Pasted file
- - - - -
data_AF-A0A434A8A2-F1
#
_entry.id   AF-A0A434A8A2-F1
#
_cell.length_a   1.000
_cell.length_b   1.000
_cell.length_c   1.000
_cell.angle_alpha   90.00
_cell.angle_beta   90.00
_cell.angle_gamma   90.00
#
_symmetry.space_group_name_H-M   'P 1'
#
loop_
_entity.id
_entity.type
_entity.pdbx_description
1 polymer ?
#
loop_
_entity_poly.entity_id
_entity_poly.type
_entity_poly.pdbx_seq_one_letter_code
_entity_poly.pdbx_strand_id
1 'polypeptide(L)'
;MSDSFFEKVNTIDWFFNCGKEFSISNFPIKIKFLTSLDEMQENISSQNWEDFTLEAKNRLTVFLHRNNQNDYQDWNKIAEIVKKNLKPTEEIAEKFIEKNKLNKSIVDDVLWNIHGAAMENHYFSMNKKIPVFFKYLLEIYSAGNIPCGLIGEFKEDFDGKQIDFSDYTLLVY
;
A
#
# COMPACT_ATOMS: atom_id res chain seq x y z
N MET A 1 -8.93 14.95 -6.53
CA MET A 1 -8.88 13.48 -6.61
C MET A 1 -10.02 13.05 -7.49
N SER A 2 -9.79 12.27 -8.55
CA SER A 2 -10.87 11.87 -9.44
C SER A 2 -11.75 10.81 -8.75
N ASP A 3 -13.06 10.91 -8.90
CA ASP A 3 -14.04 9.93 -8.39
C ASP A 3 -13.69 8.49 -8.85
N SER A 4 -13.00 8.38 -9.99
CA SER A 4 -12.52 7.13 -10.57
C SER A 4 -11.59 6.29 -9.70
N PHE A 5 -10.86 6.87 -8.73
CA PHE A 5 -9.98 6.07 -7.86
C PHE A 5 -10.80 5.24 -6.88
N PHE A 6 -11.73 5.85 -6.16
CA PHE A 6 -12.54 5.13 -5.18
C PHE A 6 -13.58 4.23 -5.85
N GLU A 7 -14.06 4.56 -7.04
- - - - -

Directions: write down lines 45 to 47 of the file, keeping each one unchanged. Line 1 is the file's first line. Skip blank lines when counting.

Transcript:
C PHE A 5 -10.80 5.24 -6.88
N PHE A 6 -11.73 5.85 -6.16
CA PHE A 6 -12.54 5.13 -5.18